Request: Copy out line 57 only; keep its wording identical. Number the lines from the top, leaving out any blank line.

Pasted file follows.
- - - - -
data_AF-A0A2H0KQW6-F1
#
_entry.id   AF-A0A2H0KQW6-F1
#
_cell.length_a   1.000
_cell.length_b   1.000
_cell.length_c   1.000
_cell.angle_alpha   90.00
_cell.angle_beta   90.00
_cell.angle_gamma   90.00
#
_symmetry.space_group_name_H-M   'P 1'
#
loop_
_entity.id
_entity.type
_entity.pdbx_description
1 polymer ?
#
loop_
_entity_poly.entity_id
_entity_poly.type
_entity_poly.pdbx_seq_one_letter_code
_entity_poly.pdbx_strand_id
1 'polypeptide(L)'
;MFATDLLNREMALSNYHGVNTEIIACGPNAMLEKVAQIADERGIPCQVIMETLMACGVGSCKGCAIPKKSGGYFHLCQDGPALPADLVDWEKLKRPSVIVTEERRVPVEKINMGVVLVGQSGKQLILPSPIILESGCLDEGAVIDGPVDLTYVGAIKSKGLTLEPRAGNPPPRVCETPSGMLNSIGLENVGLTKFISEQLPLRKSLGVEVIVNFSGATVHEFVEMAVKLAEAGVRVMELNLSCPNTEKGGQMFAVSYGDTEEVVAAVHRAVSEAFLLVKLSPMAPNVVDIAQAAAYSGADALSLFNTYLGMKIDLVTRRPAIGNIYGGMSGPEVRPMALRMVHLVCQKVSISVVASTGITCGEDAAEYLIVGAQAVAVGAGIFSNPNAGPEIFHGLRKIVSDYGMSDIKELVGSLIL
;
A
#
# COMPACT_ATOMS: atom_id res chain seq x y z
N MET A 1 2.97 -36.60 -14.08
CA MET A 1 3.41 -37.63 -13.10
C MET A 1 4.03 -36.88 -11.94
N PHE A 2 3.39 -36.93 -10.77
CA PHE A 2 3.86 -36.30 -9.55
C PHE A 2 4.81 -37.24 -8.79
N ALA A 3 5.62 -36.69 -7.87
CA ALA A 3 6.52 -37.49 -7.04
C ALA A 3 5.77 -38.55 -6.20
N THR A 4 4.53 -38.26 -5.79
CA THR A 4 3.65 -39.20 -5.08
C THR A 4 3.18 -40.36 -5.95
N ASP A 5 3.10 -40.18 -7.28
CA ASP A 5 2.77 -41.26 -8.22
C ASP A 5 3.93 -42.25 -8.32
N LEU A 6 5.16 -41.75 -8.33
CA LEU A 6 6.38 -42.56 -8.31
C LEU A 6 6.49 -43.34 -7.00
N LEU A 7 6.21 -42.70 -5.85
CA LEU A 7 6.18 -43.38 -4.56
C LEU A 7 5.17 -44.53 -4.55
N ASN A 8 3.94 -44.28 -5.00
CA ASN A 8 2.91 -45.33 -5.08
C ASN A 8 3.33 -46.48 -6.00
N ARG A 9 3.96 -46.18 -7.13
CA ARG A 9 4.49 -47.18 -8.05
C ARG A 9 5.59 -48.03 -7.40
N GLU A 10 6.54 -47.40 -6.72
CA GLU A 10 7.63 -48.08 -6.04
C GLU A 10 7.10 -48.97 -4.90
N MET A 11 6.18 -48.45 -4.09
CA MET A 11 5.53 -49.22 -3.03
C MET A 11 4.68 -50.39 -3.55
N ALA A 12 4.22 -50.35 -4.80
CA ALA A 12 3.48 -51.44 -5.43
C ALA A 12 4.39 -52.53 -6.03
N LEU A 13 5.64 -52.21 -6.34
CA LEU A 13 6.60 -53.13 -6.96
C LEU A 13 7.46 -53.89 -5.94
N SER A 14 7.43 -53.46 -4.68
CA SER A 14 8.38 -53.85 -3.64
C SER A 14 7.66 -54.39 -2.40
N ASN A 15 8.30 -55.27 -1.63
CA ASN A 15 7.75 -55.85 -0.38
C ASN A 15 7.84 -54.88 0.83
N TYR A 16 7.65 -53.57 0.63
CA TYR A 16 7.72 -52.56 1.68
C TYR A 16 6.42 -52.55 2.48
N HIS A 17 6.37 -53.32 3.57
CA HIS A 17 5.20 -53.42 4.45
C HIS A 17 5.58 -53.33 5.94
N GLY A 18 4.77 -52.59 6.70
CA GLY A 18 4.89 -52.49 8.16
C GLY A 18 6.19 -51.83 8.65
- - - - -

C ARG A 9 5.59 -48.03 -7.40